General Aztecs Maya Tocuaro Kids Contact 22 Sep 2017/11 Vulture
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Professor Susan D. Gillespie

Question for November 2012

Did the Aztecs work at night? Asked by Icknield Primary School. Chosen and answered by Professor Susan D. Gillespie.

Pic 1: Aztec soldiers (left) scouting at night. Codex Mendoza, folio 67r (detail)
Pic 1: Aztec soldiers (left) scouting at night. Codex Mendoza, folio 67r (detail) (Click on image to enlarge)

In Aztec belief, the best place for most persons to be during the night-time hours was safe in their own houses. There was no means of portable artificial illumination except pine torches, and certain dangerous spirits were believed to lurk at cross-roads and other places, ready to cause harm to anyone out and about at night for no good reason. However, certain occupations required people to work at night. These included warriors on certain occasions. We see such an instance in the Codex Mendoza (fol. 67r - pic 1), when the Aztec emperor has sent some experienced soldiers to scout an enemy town during the dark of night, while the people are asleep. The Aztec soldiers plan to sneak in to determine how they can best attack the town. However, the enemy town has posted its own soldiers as sentries to guard the town, and they are shown preparing to sound the alarm for their own people with a great shell trumpet.

Pic 2: Nightly duties for Aztec priests. Codex Mendoza, folio 63r (detail)
Pic 2: Nightly duties for Aztec priests. Codex Mendoza, folio 63r (detail) (Click on image to enlarge)

The most important night-time occupation was that of the priest. Again, visual information comes from the Codex Mendoza (fol. 63r - pic 2). The priests would engage in night-time penances, or acts of piety and devotion to their gods. They were required to burn incense and to prick their skin in self-sacrifice at regular intervals during the night as well as during the day. Some of them kept the great fires burning in vessels atop the temples throughout the night. Others went to shrines on the summits of mountains and other places to make offerings to the gods. Some priests played their musical instruments, such as the split-log drum, as a religious observance. Finally, there were the priest-astronomers, who watched the movements of the stars at night to mark the hours of the night and the changing of the seasons of the year.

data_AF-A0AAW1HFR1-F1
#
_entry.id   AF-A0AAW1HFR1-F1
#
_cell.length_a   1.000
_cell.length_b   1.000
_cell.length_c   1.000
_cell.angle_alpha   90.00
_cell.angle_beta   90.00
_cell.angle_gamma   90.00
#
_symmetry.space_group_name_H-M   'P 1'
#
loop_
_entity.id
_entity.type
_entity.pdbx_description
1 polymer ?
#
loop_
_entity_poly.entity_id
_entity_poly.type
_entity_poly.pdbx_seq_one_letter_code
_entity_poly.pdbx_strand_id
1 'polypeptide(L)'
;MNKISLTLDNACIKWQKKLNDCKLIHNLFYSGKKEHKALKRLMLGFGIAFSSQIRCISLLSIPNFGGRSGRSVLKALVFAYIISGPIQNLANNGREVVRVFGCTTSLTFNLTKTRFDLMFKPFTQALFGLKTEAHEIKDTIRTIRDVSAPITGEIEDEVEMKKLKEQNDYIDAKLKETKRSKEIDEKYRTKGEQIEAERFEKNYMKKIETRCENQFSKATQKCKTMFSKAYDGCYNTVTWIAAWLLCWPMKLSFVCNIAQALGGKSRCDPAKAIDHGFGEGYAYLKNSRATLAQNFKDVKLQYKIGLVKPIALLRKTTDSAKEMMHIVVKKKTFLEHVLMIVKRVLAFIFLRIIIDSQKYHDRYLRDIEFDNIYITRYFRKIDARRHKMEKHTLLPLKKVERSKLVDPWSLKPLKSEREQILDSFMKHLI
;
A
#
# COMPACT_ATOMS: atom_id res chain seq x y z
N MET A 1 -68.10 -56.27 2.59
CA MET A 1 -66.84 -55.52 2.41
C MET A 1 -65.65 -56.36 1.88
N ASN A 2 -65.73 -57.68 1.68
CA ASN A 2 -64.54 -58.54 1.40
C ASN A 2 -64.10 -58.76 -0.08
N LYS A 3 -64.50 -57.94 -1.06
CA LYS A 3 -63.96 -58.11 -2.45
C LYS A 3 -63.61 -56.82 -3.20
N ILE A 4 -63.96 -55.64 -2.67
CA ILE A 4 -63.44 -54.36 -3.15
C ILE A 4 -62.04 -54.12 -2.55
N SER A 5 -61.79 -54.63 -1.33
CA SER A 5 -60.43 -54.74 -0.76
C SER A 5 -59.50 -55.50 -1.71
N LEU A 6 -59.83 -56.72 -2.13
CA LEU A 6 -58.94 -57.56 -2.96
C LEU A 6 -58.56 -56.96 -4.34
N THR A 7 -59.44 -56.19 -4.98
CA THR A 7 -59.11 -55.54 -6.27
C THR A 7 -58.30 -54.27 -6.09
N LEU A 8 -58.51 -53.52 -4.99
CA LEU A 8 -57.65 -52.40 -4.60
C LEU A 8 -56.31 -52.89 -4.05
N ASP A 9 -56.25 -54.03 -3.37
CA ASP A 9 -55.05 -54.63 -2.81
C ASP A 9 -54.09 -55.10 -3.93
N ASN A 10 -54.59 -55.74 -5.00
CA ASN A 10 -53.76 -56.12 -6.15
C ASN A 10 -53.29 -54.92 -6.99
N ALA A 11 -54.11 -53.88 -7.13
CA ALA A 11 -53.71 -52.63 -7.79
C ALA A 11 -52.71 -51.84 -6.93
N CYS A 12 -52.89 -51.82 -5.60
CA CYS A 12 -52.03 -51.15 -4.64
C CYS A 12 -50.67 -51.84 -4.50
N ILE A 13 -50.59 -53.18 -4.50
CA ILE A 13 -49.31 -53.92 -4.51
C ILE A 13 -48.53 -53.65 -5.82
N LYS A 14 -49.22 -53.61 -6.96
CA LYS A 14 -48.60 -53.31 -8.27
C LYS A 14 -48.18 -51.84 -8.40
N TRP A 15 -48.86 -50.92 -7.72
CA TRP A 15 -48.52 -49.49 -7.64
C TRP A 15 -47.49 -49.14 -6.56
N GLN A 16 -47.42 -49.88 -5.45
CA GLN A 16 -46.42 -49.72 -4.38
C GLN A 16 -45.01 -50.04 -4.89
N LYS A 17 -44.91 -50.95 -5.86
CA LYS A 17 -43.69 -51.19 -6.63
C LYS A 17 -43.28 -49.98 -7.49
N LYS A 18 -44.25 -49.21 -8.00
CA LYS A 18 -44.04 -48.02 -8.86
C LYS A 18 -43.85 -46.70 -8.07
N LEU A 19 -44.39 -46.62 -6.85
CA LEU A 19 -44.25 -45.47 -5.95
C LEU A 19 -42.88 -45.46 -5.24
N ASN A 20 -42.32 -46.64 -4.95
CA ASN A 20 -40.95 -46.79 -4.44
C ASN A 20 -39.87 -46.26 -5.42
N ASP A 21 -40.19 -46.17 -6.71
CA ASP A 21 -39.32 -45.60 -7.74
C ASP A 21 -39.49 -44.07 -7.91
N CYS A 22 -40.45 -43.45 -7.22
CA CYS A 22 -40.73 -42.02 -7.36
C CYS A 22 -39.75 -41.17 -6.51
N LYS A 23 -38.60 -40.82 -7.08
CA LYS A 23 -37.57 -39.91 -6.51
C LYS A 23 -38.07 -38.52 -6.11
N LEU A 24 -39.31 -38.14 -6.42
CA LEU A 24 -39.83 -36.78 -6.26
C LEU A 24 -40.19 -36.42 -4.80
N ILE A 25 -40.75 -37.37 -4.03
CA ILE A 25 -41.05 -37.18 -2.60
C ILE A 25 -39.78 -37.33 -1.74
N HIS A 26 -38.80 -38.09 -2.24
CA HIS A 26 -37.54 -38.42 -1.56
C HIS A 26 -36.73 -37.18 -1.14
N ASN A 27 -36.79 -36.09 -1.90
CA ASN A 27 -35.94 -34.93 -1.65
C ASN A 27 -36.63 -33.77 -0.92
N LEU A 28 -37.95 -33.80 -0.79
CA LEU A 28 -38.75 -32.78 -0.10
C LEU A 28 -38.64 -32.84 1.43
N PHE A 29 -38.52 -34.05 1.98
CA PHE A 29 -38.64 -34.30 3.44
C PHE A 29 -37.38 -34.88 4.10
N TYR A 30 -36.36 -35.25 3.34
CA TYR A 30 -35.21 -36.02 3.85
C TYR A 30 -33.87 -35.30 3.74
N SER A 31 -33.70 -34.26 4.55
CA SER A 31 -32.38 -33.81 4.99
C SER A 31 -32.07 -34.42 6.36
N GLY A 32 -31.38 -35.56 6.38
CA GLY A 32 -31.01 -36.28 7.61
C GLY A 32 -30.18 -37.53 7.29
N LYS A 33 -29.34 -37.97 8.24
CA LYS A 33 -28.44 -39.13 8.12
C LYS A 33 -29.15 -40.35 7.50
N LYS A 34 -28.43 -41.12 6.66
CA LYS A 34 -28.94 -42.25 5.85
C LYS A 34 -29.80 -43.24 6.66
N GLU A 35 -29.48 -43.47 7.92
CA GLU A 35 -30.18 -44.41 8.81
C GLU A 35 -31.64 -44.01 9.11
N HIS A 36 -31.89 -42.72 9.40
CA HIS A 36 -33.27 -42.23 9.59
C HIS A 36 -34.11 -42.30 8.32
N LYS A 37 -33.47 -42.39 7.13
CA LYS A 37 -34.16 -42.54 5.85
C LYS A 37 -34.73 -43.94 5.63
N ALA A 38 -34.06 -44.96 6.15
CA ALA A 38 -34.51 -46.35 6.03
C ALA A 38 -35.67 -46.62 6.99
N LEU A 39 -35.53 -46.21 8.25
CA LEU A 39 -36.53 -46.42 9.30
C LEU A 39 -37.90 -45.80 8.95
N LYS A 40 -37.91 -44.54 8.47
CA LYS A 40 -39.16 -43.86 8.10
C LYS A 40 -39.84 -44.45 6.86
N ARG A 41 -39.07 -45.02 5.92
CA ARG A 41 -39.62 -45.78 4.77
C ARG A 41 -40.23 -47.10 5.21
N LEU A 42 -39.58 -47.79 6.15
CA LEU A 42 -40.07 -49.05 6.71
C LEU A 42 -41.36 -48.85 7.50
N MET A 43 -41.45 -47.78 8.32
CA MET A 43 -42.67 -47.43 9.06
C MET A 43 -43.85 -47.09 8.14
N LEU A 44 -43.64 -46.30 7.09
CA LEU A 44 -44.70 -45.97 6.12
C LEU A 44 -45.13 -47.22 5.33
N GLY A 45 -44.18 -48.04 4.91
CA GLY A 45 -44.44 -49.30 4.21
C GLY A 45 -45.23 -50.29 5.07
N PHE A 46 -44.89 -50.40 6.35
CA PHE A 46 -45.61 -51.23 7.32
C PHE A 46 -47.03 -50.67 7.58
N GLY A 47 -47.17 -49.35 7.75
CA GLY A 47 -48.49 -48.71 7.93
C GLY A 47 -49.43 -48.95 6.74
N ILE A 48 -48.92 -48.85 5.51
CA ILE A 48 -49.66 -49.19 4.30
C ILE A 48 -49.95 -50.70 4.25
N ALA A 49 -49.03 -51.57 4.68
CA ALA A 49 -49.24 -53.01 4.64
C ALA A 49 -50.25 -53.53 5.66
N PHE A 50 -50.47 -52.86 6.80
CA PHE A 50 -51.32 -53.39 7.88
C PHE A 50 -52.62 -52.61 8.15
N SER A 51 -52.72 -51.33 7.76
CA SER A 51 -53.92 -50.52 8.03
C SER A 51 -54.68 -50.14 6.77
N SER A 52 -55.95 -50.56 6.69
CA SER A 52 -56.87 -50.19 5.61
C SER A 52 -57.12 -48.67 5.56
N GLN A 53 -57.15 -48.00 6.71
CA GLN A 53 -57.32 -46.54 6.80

Pic 3: Aztec wedding ceremony procession at night. Codex Mendoza, folio 61r (detail)
Pic 3: Aztec wedding ceremony procession at night. Codex Mendoza, folio 61r (detail) (Click on image to enlarge)

On some occasions, religious rites were held at night in which many people, not just the priests, participated. The most well known of these occasions is the lighting of the New Fire every 52 years. The great ceremony was held in the darkness of night. The priests looked at the night sky for the rising of the constellation Pleiades to tell them when to conduct the sacrifice that would create the new fire.

Pic 4: An Aztec mother makes her daughter sweep the house as a punishment during the night. Codex Mendoza, folio 60r (detail)
Pic 4: An Aztec mother makes her daughter sweep the house as a punishment during the night. Codex Mendoza, folio 60r (detail) (Click on image to enlarge)

Other night-time activities that are shown in the Codex Mendoza include the wedding ceremony, when the bride is taken to the home of the groom, where the wedding will take place (fol. 61r - pic 3). She goes there just after dark, accompanied by friends who are holding pine-torches to light her way. A less pleasant example of a girl having to get up at night is shown in the Codex on folio 60r (pic 4). There a 12 year old girl is depicted sweeping her house and her street while the stars shine. As a punishment for disobedience, she was made to get up early in the morning, before the sun rose, to do the household sweeping.

Images scanned from the Codex Mendoza (original in the Bodleian Library, Oxford) - James Cooper Clark facsimile edition, London, 1938.

Learn about the Aztec New Fire Ceremony

Professor Susan D. Gillespie has answered 3 questions altogether:

Did the Aztecs work at night?

If warriors turned into butterflies in the afterlife, what did ordinary people turn into?

Have any ancient rubber balls been found?

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